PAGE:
Day Trading Stocks

The Lowdown

What is Day Trading Stocks?

Day trading is defined as the buying and selling of an asset within a single trading day. The objective of a day trader is to make money buying low and selling higher within the day. Day traders use technical (charts) and fundamental (Industry, financial data, management analysis, business data, etc.) analysis to help them determine the best time to buy and sell. Some day traders will use leverage (borrowing money through a brokerage firm) to increase their potential returns from day trading through a margin account.

Stocks represent ownership of a company. Individuals can purchase stocks of a company representing how much of the company they own. These stocks are bought and sold on an electronic exchange (i.e. NYSE, Nasdaq) facilitated typically through a stock brokerage firm (i.e. TD Ameritrade, E-trade).

The buying and selling of stocks between individuals on a stock exchange, like NYSE or the Nasdaq, is called trading. There are many reasons why individuals or corporations would like to buy or sell their ownership of stocks. Someone looking to buy stocks might believe that a companies value will grow and so will the value of the stock. Someone looking to sell a stock might believe the company's value is going to decline or they need to sell because they need access to funds. Regardless of the reasoning, this interaction between buyers and sellers gives an opportunity for day trading.

How Does it Work?


How Do You Make Money?

Stock day traders make money by buying and selling shares of a company, making a profit from the difference in the buy and sell price. They hold their positions (long or short - see below) for a short period of time from seconds to hours within the day.

There are several ways for traders to make money:

Long Positions

Long positions are what most people are familiar with. It's a term that means you're buying an asset (stocks) assuming that the price will go up. If it does go up, you sell making a profit on the difference between your buy (purchase) price and sale price. For example, if you buy 100 Tesla stock for $250 (100 x $250 = $25,000) and after two hours the price shoots up to $300 and you sell, you'd profit $5,000 (100 x $300 = $30,000 - $25,000 = $5,000). Fairly straight forward.

Short Positions

Short positions can be more confusing than long positions. This is when you believe that an asset will fall in price. In these situations, you can still make money if the price falls. You do this through a short position.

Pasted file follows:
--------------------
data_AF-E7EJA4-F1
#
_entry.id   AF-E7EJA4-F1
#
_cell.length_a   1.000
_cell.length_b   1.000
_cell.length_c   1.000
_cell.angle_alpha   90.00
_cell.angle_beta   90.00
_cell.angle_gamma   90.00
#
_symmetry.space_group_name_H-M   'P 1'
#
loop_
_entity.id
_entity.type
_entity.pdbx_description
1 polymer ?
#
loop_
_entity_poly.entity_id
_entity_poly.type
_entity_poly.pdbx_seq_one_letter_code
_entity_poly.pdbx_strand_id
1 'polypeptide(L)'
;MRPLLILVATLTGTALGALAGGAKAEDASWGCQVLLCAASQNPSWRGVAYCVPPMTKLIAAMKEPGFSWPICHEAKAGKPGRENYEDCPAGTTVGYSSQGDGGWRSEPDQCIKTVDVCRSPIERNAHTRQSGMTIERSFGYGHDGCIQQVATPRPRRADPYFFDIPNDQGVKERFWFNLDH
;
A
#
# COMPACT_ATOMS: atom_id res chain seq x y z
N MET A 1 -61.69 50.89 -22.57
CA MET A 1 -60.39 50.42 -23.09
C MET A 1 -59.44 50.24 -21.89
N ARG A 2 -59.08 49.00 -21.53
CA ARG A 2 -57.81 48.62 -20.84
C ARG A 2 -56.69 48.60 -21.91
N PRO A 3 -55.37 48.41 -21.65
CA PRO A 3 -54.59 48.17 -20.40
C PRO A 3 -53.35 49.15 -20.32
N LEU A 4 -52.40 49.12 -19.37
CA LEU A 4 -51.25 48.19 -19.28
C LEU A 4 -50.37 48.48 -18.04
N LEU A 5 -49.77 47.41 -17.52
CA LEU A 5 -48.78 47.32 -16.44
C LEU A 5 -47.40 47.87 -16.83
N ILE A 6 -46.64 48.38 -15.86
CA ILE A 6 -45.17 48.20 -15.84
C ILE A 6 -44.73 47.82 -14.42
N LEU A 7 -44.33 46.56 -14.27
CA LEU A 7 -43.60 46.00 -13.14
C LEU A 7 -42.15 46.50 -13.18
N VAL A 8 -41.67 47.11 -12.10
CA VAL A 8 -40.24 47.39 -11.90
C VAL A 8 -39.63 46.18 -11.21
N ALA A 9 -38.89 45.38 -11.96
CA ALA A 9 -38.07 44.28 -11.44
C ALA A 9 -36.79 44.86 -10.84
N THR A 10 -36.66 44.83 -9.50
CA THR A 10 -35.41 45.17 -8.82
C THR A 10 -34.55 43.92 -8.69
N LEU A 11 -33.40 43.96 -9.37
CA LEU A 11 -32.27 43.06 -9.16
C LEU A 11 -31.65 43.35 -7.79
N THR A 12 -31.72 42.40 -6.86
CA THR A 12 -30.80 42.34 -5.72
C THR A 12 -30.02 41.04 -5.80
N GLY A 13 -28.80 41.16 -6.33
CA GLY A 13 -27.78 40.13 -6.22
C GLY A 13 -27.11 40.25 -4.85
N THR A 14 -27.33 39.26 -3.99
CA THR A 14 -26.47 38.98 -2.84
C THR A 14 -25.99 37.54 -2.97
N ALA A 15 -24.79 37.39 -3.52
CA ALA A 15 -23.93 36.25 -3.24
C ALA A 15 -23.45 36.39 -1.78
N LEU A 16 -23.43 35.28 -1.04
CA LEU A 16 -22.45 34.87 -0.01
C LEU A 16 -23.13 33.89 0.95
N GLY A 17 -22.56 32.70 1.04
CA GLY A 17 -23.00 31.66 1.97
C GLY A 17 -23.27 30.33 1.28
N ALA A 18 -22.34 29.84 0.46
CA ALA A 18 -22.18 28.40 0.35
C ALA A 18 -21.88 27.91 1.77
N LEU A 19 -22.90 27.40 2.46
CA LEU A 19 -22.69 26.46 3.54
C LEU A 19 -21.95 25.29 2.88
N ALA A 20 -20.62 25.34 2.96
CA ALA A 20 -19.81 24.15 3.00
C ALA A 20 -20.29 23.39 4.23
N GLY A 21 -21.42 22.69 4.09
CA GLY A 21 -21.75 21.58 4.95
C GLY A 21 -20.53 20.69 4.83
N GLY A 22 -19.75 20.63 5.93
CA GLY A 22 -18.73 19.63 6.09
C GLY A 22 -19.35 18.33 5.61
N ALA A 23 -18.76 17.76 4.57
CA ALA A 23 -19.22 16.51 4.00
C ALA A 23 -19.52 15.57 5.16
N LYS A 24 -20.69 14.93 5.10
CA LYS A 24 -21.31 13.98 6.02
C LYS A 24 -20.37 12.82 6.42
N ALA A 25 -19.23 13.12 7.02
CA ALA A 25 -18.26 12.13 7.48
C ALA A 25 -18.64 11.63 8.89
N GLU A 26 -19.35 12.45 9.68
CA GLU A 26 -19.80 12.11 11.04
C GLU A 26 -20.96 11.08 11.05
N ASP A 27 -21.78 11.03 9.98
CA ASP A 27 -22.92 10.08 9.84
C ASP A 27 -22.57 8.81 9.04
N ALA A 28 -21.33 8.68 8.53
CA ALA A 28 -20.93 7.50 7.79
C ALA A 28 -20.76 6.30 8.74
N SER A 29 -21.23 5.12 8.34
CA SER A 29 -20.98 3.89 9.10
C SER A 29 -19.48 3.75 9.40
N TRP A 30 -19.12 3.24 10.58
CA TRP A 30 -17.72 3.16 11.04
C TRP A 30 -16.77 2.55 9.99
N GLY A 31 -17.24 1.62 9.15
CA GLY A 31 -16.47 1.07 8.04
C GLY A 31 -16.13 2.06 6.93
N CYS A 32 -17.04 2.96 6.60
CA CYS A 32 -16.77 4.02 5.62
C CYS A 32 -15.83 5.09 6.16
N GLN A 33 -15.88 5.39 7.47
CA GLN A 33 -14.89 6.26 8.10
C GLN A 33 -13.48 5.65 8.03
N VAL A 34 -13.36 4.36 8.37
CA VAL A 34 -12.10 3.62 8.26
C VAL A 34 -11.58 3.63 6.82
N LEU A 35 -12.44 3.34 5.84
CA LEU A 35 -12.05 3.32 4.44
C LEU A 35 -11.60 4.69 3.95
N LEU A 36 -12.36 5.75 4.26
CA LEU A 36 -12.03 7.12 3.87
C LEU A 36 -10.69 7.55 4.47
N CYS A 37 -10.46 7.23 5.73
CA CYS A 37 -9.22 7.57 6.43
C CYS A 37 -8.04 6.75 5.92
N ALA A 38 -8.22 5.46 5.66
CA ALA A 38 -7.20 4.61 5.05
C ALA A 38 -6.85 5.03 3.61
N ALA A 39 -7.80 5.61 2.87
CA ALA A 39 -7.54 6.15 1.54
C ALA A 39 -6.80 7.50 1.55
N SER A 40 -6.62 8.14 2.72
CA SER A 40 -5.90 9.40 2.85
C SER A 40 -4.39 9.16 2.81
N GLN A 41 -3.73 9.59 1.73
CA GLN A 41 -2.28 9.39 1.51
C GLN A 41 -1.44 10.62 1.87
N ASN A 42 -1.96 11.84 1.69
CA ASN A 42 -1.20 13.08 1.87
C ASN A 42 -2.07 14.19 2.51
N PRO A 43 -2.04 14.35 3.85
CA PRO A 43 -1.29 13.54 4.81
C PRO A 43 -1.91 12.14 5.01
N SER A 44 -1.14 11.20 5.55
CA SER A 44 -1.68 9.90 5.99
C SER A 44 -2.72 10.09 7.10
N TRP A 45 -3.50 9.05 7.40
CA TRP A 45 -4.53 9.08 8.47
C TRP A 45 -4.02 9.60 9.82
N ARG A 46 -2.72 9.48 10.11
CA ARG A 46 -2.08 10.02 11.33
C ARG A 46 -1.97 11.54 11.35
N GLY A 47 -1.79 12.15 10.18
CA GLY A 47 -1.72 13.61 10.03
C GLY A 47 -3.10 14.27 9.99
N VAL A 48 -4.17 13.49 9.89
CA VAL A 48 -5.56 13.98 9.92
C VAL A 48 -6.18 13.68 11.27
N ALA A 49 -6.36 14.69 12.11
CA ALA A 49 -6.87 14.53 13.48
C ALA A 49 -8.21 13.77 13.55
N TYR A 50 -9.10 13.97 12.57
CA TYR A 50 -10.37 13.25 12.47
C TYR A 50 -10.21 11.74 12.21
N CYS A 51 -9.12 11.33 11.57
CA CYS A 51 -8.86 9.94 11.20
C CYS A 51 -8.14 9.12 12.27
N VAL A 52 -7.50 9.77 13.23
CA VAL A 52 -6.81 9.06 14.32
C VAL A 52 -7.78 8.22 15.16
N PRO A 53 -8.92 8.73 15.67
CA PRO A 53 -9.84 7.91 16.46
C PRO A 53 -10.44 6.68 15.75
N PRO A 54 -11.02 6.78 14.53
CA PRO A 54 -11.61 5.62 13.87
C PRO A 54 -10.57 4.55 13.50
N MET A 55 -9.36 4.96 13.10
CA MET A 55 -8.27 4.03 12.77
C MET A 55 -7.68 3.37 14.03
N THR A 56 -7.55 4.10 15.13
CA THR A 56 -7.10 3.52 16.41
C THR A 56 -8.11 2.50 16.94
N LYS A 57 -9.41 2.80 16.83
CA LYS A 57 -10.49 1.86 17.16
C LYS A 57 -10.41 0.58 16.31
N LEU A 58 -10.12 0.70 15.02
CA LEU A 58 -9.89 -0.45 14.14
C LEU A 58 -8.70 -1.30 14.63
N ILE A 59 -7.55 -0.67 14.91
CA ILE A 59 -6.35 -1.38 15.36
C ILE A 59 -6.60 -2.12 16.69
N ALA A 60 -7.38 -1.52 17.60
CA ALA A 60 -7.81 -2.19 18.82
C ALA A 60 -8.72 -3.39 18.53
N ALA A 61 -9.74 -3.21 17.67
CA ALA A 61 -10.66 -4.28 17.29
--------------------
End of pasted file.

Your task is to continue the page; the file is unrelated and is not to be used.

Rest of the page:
There are several options to short an asset. Typically, it's done through a margin account through a brokerage firm that allows for margin trading. To short, you're borrowing the asset you believe will decrease in price and selling it right away. Then you buy it back, hopefully at a lower price. You make the difference between the purchase price and the selling price.

For example, you borrow 100 shares of Tesla at a price of $250 and sell it immediately. You now have $25,000. Tesla shares fall to the price of $200 after several days. You would now buy 100 shares of Tesla at $200 and return it to the brokerage account. You make the difference of $5,000 dollars ($25,000 - $20,000 (100 x $200) = $5,000).

Margin Trading

We briefly touched on margin trading. Margin trading allows you to borrow money from a brokerage firm to magnify your trades. You can use leverage for long or short positions. Margin trading is typically reserved for more experienced traders because your risk and reward increases greatly.

For example, if you only had $10,000 in your trading account, you can margin trade at 50% allowing you to borrow $5,000 to buy a total worth of $15,000 in stocks. If the price of the asset you purchased doubled in value, you would have $30,000 and would pay back the $5,000 plus some small fees and keep the rest.

What Are The Pros & Cons?

  • You can work from practically anywhere with a computer and fast reliable internet.
  • You can work when you want within trading hours.
  • You'll learn to be a better long term investor.
  • You'll learn a lot about financial markets.
  • You have the potential to earn a lot.
  • Need to start with a minimum of $25,000 in your trading account.
  • It can be risky and sometimes stressful.
  • Relatively steep learning curve.
  • Most traders lose money while learning.

Estimated Startup Cost

Account Funding

Min Requirement

Total Cost


Key Activities Day Trading Stocks

Day traders tend to spend most of their time using technical analysis to find trade opportunities. They'll study charts for patterns, use technical indicators, look at historical data, and other techniques used by technical analysts. At other times, traders are studying financials markets by watching relevant financial news, reading from financial papers, websites, and listening analyst opinions about the market. While they aren't actively trading, they spend most of their time reviewing their trading strategies and learning new skills that will make them a more efficient and successful trader.

Technical Analysis
Studying Financial Markets
Reading Analyst Opinions
Honing Skills

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Michelle Schroeder-Gardner runs the award-winning personal finance blog, Making Sense of Cents. She started blogging entirely as a hobby, and now currently earns over $100,000 a month blogging, with around $50,000 a month of that coming from affiliate marketing.

Her writing and advice have been featured on sites such as Huffington Post, Forbes, Yahoo, Cosmopolitan Magazine, Zillow, US News, Nasdaq, MSN, and more. When she's not blogging, you'll find her exploring via sailboat (we used to RV full-time!) with her husband and our two dogs. They sold their house in 2015 and have been traveling full-time since!

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